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ENCYCLOPEDIC ENTRY
ENCYCLOPEDIC ENTRY

Sedimentary Rocks

Sedimentary Rocks

Sedimentary rocks are one of three main types of rocks, along with igneous and metamorphic. They are formed on or near the Earth’s surface from the compression of ocean sediments or other processes.

Grades

5 - 8

Subjects

Earth Science, Geology

Image

Sedimentary Rock

An example of a sedimentary rock, which is, by definition, composed of many, smaller rocks.

Photo courtesy of Alamy Stock Photo

Sedimentary rocks are formed on or near the Earth’s surface, in contrast to metamorphic and igneous rocks, which are formed deep within the Earth. The most important geological processes that lead to the creation of sedimentary rocks are erosion, weathering, dissolution, precipitation, and lithification.

Erosion and weathering include the effects of wind and rain, which slowly break down large rocks into smaller ones. Erosion and weathering transform boulders and even mountains into sediments, such as sand or mud. Dissolution is a form of weathering—chemical weathering. With this process, water that is slightly acidic slowly wears away stone. These three processes create the raw materials for new, sedimentary rocks.

Precipitation and lithification are processes that build new rocks or minerals. Precipitation is the formation of rocks and minerals from chemicals that precipitate from water. For example, as a lake dries up over many thousands of years, it leaves behind mineral deposits; this is what happened in California’s Death Valley. Finally, lithification is the process by which clay, sand, and other sediments on the bottom of the ocean or other bodies of water are slowly compacted into rocks from the weight of overlying sediments.

Sedimentary rocks can be organized into two categories. The first is detrital rock, which comes from the erosion and accumulation of rock fragments, sediment, or other materials—categorized in total as detritus, or debris. The other is chemical rock, produced from the dissolution and precipitation of minerals.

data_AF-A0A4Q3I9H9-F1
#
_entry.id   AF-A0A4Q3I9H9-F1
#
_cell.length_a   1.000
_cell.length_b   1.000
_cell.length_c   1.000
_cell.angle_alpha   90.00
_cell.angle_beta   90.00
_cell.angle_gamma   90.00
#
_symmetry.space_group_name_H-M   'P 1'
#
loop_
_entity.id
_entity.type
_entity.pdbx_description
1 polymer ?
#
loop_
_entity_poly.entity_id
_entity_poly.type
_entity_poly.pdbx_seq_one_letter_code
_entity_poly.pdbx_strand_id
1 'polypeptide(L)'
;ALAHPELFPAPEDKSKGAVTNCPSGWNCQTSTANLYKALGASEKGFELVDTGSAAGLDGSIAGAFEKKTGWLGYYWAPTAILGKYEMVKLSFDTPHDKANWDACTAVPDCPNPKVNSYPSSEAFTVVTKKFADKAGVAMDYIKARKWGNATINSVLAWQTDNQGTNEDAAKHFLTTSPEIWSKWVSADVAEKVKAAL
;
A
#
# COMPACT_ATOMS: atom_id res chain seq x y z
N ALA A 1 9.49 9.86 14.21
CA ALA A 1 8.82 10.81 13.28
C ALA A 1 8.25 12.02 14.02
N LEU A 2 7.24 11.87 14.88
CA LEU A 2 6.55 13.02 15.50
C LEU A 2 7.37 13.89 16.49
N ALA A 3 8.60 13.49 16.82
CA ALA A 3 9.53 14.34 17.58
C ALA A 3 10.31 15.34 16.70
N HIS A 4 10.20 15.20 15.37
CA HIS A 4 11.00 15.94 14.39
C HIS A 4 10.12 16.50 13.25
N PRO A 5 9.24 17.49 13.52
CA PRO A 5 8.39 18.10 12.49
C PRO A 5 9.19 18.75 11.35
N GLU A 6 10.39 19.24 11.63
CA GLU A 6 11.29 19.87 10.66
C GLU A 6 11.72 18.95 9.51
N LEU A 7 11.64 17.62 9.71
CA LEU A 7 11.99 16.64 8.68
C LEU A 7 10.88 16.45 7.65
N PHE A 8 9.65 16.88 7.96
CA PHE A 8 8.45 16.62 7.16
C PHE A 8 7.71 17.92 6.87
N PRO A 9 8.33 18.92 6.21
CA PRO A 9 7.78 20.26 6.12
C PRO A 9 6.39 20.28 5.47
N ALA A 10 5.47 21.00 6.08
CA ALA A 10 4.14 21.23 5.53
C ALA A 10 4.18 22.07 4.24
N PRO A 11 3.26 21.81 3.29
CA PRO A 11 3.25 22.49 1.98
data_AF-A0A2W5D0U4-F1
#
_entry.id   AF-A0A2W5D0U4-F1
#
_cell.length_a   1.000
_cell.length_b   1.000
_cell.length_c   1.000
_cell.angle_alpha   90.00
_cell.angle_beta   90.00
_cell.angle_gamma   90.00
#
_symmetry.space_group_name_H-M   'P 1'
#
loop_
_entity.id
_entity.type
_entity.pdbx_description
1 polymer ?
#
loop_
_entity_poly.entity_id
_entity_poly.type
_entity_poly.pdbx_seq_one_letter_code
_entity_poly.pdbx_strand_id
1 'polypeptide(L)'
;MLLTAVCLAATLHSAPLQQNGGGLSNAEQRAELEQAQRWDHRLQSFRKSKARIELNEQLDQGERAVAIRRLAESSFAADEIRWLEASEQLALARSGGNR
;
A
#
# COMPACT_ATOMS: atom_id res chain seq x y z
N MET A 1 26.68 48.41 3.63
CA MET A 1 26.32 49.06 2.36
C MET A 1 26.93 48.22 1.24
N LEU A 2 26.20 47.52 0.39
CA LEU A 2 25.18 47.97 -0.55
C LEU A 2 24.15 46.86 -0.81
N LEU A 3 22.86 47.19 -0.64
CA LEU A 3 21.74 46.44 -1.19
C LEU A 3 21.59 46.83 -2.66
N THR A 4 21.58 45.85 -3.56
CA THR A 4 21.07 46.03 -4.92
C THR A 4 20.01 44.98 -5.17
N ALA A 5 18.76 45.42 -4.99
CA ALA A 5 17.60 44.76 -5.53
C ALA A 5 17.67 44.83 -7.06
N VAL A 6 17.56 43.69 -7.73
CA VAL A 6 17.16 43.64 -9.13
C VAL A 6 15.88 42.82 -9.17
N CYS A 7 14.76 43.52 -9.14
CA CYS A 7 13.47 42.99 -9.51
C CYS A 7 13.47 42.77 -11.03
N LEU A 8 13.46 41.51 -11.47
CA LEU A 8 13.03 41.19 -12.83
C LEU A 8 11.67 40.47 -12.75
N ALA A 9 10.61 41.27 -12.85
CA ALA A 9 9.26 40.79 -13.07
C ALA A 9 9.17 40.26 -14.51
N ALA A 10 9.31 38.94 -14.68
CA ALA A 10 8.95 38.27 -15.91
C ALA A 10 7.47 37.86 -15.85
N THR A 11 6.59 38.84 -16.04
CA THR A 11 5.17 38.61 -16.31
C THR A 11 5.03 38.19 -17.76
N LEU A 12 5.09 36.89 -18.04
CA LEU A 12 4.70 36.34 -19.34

Detritus can be either organic or inorganic. Organic detrital rocks form when parts of plants and animals decay in the ground, leaving behind biological material that is compressed and becomes rock. Coal is a sedimentary rock formed over millions of years from compressed plants. Inorganic detrital rocks, on the other hand, are formed from broken up pieces of other rocks, not from living things. These rocks are often called clastic sedimentary rocks. One of the best-known clastic sedimentary rocks is sandstone. Sandstone is formed from layers of sandy sediment that is compacted and lithified.

Chemical sedimentary rocks can be found in many places, from the ocean to deserts to caves. For instance, most limestone forms at the bottom of the ocean from the precipitation of calcium carbonate and the remains of marine animals with shells. If limestone is found on land, it can be assumed that the area used to be under water. Cave formations are also sedimentary rocks, but they are produced very differently. Stalagmites and stalactites form when water passes through bedrock and picks up calcium and carbonate ions. When the chemical-rich water makes its way into a cave, the water evaporates and leaves behind calcium carbonate on the ceiling, forming a stalactite, or on the floor of the cave, creating a stalagmite.

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Director
Tyson Brown, National Geographic Society
Author
National Geographic Society
Production Managers
Gina Borgia, National Geographic Society
Jeanna Sullivan, National Geographic Society
Program Specialists
Sarah Appleton, National Geographic Society, National Geographic Society
Margot Willis, National Geographic Society
Producer
Clint Parks
other
Last Updated

July 15, 2022

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